Baseball is officially back. For the big-league club, that happened on Monday, and they are now two games deep into the season. The minor-league clubs still haven't kicked off their season, though. That'll change today for the full-season affiliates in Pawtucket, Portland, Greenville and Salem, though, as each team celebrates their Opening Day. It's an exciting time for the Red Sox organization, which boasts one of the top farm systems in all of baseball. Even better, the talent is spread out through the affiliates. With the minor-league rosters announced earlier this week, let's take a look at who will be gracing each of these rosters to start the 2014 season.
At the AAA-level, it's all about pitching. The PawSox could find themselves with one of the most talented rotations in the International League, if not all of the minor-leagues. Right now, the rotation boasts three top-100 talents in Anthony Ranaudo, Allen Webster and Rubby De La Rosa. (The latter is not prospect eligible, but if he was there would be a good case for him being a top-100 prospect.) That alone would make for an entertaining affiliate to go see the future of the organization. It only stands to get better, too, as a couple other players could find their way into starts in the near future. Matt Barnes was extremely limited in spring training this year, and is getting some work in before joining the group. Brandon Workman may also find himself there, as he is only in Boston right now because Craig Breslow needed more work before joining the roster. Once Breslow returns, Workman will complete an extremely intriguing rotation. On the position player side, the lineup is led by Garin Cecchini, who gets an aggressive placement at AAA. If Will Middlebrooks struggles again this year, we could see this young third baseman up with Boston instead of looking outside the organization. Defensive wizard Christian Vazquez will be the starting catcher in Pawtucket, and could also find himself in Boston before the year ends. Finally, there is Ryan Lavarnway holding down the DH/first base spot, in what could be his last chance to prove he deserves a shot against big-league pitching.
While AAA is the closest step to the majors, there is a good argument that AA is the most exciting level of minor-league baseball to follow. These are the prospects who have earned their way to the upper levels of the game, and it isn't bogged down by AAAA types. The excitement is not lost in Portland, who unlike Pawtucket, is led by its lineup. The starting catcher for the Seadogs this year is going to be Blake Swihart, who could very well be Boston's catcher of the future. In fact, Jim Callis compared is tools to those of a young Buster Posey, who turned out to be a pretty okay player. Along with Swihart is Mookie Betts, who appears blocked right now but is still a supreme talent, Deven Marrero, Travis Shaw and Sean Coyle. Portland shouldn't have any problems scoring runs this year. Though the pitching isn't as deep as Pawtucket's, the Seadgos can show off Henry Owens, probably the best of Boston's upper-level arms. The big lefty could find himself in Pawtucket before the year ends, though. In the bullpen, they also have an intriguing arm in Noe Ramirez, who has been a dominant relief arm throughout his professional career.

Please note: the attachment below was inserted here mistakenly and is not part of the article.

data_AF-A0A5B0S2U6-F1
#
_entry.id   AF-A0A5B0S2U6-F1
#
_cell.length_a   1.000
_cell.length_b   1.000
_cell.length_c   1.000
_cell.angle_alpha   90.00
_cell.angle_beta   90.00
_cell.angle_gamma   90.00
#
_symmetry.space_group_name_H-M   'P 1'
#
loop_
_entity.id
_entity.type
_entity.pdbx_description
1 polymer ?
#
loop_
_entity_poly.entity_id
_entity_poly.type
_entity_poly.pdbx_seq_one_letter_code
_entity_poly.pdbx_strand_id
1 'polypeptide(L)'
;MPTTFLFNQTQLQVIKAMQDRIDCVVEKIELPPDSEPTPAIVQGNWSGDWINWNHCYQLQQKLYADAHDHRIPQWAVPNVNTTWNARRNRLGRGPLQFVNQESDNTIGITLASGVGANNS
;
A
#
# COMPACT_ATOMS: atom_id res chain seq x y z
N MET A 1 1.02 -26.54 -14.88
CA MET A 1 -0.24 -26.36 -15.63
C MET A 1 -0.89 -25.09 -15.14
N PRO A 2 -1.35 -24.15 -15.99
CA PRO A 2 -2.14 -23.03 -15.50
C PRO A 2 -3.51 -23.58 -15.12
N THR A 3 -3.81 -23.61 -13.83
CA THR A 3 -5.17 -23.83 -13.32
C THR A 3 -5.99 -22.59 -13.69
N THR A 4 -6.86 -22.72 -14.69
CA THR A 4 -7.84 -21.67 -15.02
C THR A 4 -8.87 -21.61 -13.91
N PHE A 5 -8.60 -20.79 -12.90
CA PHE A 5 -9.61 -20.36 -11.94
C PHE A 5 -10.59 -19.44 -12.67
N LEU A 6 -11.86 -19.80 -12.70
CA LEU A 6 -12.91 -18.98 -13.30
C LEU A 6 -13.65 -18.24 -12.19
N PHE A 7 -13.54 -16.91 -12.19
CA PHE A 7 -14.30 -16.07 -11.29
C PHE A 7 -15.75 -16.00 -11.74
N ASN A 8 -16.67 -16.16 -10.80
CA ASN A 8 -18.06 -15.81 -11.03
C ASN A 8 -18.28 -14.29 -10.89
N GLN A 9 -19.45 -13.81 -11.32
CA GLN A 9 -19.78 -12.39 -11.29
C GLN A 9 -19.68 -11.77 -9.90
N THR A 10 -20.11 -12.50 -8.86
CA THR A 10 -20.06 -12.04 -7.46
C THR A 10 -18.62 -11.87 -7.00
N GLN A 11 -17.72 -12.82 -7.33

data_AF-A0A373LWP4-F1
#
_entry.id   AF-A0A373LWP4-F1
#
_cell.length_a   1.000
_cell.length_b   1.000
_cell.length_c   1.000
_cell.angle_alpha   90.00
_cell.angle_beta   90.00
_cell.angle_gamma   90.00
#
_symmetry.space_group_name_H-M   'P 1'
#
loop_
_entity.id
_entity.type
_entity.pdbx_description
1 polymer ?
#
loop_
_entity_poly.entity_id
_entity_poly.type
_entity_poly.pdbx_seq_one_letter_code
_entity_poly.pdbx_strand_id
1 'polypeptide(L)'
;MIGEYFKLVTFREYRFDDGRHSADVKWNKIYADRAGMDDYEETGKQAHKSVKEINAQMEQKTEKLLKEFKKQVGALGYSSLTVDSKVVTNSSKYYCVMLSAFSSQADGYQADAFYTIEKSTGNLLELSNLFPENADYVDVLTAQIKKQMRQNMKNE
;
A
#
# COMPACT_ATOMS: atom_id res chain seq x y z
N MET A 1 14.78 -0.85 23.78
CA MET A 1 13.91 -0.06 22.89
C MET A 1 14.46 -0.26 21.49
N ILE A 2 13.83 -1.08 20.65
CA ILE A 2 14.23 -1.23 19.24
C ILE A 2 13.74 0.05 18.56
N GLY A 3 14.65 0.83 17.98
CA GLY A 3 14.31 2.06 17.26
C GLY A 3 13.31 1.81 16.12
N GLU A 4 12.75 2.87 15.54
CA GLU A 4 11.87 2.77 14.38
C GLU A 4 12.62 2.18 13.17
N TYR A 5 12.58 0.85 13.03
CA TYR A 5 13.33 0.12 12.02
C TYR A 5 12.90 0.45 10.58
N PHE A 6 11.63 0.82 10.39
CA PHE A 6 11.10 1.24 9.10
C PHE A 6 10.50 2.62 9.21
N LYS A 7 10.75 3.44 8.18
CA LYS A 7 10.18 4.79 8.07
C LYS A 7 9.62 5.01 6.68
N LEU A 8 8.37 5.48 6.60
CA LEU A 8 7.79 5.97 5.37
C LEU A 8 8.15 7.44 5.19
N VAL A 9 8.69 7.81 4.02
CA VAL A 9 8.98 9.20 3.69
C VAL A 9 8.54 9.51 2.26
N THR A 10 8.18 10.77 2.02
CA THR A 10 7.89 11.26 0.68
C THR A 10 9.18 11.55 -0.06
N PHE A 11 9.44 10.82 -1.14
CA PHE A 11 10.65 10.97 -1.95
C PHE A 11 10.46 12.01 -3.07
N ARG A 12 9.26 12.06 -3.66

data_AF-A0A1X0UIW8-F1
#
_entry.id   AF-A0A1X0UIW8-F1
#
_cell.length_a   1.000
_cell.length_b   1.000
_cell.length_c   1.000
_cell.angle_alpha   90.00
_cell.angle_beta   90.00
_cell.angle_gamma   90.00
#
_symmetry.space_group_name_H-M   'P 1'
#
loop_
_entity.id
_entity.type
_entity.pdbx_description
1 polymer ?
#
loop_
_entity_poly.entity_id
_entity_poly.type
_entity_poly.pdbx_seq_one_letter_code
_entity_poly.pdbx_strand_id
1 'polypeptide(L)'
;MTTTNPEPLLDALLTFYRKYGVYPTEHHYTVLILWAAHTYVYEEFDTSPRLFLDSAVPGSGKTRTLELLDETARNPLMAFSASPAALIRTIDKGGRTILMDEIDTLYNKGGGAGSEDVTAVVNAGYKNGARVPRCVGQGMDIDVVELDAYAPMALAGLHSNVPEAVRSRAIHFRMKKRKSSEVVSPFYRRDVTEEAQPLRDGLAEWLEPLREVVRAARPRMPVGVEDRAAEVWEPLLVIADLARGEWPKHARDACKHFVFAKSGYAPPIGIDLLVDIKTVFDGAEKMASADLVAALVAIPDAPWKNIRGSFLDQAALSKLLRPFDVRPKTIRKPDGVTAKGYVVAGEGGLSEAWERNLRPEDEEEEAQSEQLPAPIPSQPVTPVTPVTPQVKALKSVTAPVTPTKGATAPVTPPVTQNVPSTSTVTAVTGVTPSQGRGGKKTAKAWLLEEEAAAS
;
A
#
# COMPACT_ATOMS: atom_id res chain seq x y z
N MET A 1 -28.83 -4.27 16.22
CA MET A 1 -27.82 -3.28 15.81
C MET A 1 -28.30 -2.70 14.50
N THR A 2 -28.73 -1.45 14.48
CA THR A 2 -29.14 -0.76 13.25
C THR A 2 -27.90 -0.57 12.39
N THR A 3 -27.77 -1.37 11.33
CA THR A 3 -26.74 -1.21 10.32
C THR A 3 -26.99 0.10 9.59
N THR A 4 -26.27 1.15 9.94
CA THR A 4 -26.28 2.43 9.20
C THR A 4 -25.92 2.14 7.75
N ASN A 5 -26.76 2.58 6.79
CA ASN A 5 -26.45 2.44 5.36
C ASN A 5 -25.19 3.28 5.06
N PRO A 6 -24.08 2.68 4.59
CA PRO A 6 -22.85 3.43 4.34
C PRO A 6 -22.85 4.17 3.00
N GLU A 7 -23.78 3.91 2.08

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Last year, Greenville was the laughing stock of Boston's talented farm system, as it lacked many real prospects and lost a lot more than it won. This year, that distinction looks like it could belong to Salem. Boston's High-A affiliate doesn't have many names that jump off the page at all. However, they do have some interesting arms in their rotation, who could look to make the leap towards relevancy this season. This group is led by Brian Johnson, the 2012 first round pick. While he doesn't possess a ton of upside, the lefty does have a high floor, and could work his way into a back-of-the-rotation pitcher some day. Then there is Corey Littrell, who was drafted in the fifth round last season, and was impressive in his short time in Lowell. Finally, Simon Mercedes is an intriguing arm who probably has the highest ceiling in this group. He needs to work on his command in 2014, but if anyone can make a big leap this season, it'll be him.
At the lowest level of the full-season affiliates, the Drive find themselves with plenty of intriguing pieces who look to jumpstart their professional careers. Offensively, they are led by Manuel Margot, who is a popular choice for the system's breakout prospect in 2014. Already a strong defensive center fielder, the 19-year-old showed good plate discipline in Lowell last season, and with advances in his power, could find himself gracing top-100 lists a year ago. The middle infield looks to be a strength as well, with Wendell Rijo and Tzu-Wei Lin. The former, like Margot, has a chance to break out this season, while the latter is added to the list of strong defensive shortstops who have come through Boston's system. The pitching is led by last year's second round pick, Teddy Stankiewicz. The 20-year-old pitched well in his first taste of professional ball in Lowell last season, and has the stuff to impress yet again in 2014. Joining him will be intriguing arms like Jamie Callahan, Cody Kukuk and Myles Smith. The most notable part of Greenville's rotation, though, is the absence of Trey Ball. Last year's number seven overall pick didn't have a great spring, and will be kept in extended spring training for the time being.